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Disney to end Screen Pass on Movies Anywhere service

The logo of Movies Anywhere. (Image courtesy Walt Disney Company, Graphic by The Desk)
The logo of Movies Anywhere. (Image courtesy Walt Disney Company, Graphic by The Desk)

The Walt Disney Company is pulling a feature on its Movies Anywhere digital film locker that allowed streamers to share some titles with their friends.

The feature, called Screen Pass, was supported by Disney and a handful of other partners who participate in the Movies Anywhere service, which allows customers to access digital copies of films they own on DVD or Blu-Ray, or that were purchased through some digital movie stories like Apple’s iTunes, Walmart’s Vudu and the Google Play Store.

Starting May 1, Movies Anywhere users won’t be able to share titles with friends through the Screen Pass feature, though users who send Screen Pass titles to friends will still be able to watch the films prior to the expiration of their pass.

One month after the Screen Pass feature is pulled, the service will stop supporting it altogether, meaning users who do share Screen Pass titles have until June 1 to watch them.

“We are committed to focusing on an experience which highlights the things our users are most passionate about, primarily growing their collections and watching their favorite movies across platforms and devices,” a statement on the Movies Anywhere website says.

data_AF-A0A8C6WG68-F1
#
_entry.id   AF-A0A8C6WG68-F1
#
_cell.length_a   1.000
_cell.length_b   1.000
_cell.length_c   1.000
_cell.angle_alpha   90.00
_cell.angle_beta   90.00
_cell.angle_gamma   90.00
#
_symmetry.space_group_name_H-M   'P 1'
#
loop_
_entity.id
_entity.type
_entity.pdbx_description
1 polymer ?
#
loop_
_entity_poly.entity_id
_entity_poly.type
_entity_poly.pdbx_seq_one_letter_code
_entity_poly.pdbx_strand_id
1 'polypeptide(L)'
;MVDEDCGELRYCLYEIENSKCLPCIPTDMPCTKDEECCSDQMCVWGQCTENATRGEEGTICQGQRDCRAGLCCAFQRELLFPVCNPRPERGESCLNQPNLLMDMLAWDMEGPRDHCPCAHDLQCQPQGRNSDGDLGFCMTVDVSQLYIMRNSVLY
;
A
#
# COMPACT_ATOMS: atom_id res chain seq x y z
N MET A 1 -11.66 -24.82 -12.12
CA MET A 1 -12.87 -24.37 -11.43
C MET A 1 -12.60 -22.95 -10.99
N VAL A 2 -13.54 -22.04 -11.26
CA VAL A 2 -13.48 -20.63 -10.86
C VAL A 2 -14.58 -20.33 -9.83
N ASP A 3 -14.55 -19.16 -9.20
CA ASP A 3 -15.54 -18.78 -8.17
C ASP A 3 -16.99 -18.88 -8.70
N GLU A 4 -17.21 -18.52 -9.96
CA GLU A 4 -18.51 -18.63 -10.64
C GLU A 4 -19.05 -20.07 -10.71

Movies Anywhere isn’t going away anytime soon, at least not from the statement that was posted online. The service supports many titles published and distributed by the Walt Disney Company and its subsidiary 21st Century (Fox), along with films from Sony Pictures, Comcast’s Universal Pictures and Warner Bros Discovery’s Warner Bros Studios.

Movies Anywhere is supported across most popular streaming TV devices, phones, tablets and computers, and allows customers to watch films they purchased on DVD, Blu-Ray or movie stores across a number of other streaming services, including DirecTV Stream, Comcast’s X1 platform, iTunes, the Apple TV app, the Google Play Store, YouTube, Verizon Fios, Walmart’s Vudu, Amazon Video and Microsoft Movies & TV.

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About the Author:

Matthew Keys

Matthew Keys is the publisher of The Desk and reports on the business and policy matters involving the broadcast television, streaming video and radio industries. He previously worked for Thomson Reuters, Disney-ABC, Tribune Broadcasting and McNaughton Newspapers. Matthew is based in Northern California, has won numerous awards in the field of journalism, and is a member of IRE (Investigative Reporters and Editors).